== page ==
The well-known expression that lies behind this is "to the victor belong the spoils", which actually derives from American politics in the 19th C. The idea of the original statement was that when one party is in power, it can do what it likes (such as appointing its members or sympathizers to lucrative government jobs.) Whoever wrote this curious adaptation of the statement seems to be comparing a "lonely child" to a "victor" in a battle or an election, and the military or political "spoils" of wealth or power to "solitude". Frankly, I think that to adapt the original phrase in this way is a little ridiculous.

    I find the "spoils of solitude" phrase quite effective. I think that any relationship to the phrase "to the victor belong the spoils" is probably minor and should not mar the use of the saying. Simply put, I find the whole thing innocuous and charming, rather than ridiculous.
     

    GreenWhiteBlue

    Senior Member
    USA - English
    I find the "spoils of solitude" phrase quite effective. I think that any relationship to the phrase "to the victor belong the spoils" is probably minor and should not mar the use of the saying. Simply put, I find the whole thing innocuous and charming, rather than ridiculous.
    I think that the relationship of this sentence to the well-known phrase "to the victor belong the spoils" is not at all "minor", but is instead explicit and intentional; the whole point is to echo the construction of Senator Marcy's original comment. Notice the way the sentence runs: we do not see "the spoils of solitude are given to the lonely child", but instead we have the backwards phrasing of the political remark (and it should be noted that as "spoils" is plural, the verb should be"are given", not "is given".) It is also bizarre to suggest that solitude can be considered a spoils-producing victory for the lonely child; there are few lonely children who willingly choose to be lonely, and who do battle to be lonely so that they may gain the "spoils" produced by being alone. Under those circumstances, to try to make a parallel between a lonely child and a selfish and agressive victorious political party is hardly charming, and more than a little ridiculous.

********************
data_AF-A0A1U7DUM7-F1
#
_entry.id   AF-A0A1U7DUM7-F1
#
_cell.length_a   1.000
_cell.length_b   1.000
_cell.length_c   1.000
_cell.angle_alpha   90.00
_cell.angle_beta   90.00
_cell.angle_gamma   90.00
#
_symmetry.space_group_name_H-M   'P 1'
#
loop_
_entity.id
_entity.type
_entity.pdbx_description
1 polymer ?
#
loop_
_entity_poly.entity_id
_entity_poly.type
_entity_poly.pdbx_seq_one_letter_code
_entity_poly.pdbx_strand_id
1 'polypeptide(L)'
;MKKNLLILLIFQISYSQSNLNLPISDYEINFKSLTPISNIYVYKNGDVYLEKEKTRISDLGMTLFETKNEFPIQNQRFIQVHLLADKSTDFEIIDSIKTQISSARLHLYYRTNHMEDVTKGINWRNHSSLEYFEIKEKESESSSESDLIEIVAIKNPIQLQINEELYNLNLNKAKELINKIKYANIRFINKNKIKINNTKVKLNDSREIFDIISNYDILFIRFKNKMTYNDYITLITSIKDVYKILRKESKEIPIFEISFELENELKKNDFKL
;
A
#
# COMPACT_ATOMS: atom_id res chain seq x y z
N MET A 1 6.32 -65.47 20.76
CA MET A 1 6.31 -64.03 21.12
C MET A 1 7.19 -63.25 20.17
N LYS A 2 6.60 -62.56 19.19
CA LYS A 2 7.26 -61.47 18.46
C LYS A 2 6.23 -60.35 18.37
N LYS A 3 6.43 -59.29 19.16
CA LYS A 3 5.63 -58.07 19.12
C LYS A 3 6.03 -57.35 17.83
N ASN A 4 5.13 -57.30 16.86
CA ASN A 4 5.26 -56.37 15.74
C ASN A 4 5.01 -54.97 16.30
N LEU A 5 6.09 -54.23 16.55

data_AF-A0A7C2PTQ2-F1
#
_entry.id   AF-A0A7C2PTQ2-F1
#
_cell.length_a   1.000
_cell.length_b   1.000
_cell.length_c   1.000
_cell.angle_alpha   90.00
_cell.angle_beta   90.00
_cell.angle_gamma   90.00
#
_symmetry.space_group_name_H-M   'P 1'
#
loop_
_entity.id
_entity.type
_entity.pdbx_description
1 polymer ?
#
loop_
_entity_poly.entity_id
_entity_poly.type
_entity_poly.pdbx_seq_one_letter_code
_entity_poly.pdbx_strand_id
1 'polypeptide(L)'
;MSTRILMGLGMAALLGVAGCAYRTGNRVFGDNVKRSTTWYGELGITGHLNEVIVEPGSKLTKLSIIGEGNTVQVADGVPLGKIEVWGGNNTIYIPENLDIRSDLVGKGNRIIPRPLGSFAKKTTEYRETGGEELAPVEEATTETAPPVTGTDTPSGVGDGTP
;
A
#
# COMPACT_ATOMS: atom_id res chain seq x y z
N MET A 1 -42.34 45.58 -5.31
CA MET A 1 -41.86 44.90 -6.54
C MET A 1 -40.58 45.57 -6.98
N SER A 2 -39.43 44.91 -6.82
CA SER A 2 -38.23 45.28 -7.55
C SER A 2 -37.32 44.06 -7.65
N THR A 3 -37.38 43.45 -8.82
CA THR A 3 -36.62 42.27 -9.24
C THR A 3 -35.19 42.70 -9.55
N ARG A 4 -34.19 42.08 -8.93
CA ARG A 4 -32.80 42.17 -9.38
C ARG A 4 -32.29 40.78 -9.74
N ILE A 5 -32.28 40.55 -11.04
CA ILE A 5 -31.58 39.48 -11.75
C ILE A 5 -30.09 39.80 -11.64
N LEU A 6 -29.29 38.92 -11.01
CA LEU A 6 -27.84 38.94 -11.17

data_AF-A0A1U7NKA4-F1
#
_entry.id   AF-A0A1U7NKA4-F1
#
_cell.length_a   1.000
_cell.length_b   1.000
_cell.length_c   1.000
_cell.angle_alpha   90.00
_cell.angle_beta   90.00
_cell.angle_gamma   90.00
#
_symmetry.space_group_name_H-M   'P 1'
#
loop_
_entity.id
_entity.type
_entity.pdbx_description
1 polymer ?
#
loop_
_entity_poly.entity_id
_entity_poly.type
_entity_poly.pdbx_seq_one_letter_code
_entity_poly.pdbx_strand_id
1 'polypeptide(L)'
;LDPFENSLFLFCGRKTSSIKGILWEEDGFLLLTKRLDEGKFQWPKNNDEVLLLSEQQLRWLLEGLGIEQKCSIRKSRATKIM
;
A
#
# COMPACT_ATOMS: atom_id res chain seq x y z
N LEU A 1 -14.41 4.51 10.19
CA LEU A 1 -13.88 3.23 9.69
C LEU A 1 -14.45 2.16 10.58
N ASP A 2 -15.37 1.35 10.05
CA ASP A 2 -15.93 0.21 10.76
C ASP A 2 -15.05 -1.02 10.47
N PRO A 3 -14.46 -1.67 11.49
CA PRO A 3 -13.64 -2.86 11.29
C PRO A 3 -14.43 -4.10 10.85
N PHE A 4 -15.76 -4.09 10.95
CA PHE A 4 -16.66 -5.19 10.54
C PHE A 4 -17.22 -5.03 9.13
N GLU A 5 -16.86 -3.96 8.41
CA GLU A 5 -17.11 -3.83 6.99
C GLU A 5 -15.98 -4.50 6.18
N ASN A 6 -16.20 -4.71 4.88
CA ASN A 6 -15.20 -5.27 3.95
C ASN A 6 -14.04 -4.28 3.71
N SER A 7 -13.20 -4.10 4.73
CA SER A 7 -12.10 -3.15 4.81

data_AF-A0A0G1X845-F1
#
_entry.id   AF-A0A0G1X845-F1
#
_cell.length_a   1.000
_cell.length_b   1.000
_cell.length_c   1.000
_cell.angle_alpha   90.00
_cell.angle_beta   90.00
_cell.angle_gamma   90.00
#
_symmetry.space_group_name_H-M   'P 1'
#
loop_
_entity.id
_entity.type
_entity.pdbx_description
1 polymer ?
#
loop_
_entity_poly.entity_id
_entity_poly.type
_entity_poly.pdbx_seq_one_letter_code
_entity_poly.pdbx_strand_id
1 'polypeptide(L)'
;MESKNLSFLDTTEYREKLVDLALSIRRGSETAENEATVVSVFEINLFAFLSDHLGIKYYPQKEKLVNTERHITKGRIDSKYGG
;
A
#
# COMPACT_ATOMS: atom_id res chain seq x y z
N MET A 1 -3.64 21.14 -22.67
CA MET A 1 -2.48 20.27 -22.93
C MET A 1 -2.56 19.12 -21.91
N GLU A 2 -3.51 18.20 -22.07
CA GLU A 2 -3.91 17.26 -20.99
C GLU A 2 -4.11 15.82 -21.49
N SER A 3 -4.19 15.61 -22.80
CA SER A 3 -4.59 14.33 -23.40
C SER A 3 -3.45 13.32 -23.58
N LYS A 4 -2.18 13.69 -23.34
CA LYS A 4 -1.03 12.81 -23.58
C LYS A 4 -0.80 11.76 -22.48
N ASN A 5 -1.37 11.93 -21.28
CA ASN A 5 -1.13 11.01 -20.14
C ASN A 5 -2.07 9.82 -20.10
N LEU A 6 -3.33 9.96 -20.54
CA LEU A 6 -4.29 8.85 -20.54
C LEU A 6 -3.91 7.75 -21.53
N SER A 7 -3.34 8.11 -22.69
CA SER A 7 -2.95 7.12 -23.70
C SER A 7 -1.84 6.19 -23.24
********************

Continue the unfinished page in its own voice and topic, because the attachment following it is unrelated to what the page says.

bibliolept

    Senior Member
    AE, Español
    You are right to point out that the verb should be “are” rather than “is,” as Tricia pointed out earlier.

    I don’t agree with the absoluteness of your comments; at most, the saying is reminiscent of the Senator’s line, “to the victor belong the spoils of war.” Unless you know the source of pinan’s phrase or its author, I wonder how you can categorically state that it is an “explicit an intentional” reference? To my thinking, this is likely a translation and the word “spoils” was picked out of a English-to-X dictionary.

    But seeing as the similarities in phrasing bother you, would it be enough to change the order of the words or just to replace “spoils” with a different word?

    As to your other objection (the inherent unsuitability of spoils in this phrase), I would point at what you believe is the direct predecessor, the Senator’s quote. There, no one argues that “war” is preferable to the alternative (just like the pinan’s phrase doesn’t suggest that solitude is inherently superior or preferable); whatever the spoils or the “battle” may be, specifically, is irrelevant, as no judgment of relative value or profitability is intended, just a factual relationship. I guess my reading of either phrase (pinon’s or Marcy’s) is not so literal, and my condemnation of “war” is not so absolute.

    In truth, I only with to reiterate that the phrase (with the change of “is” to “are”) does not sound to me as if it is grotesquely inappropriate.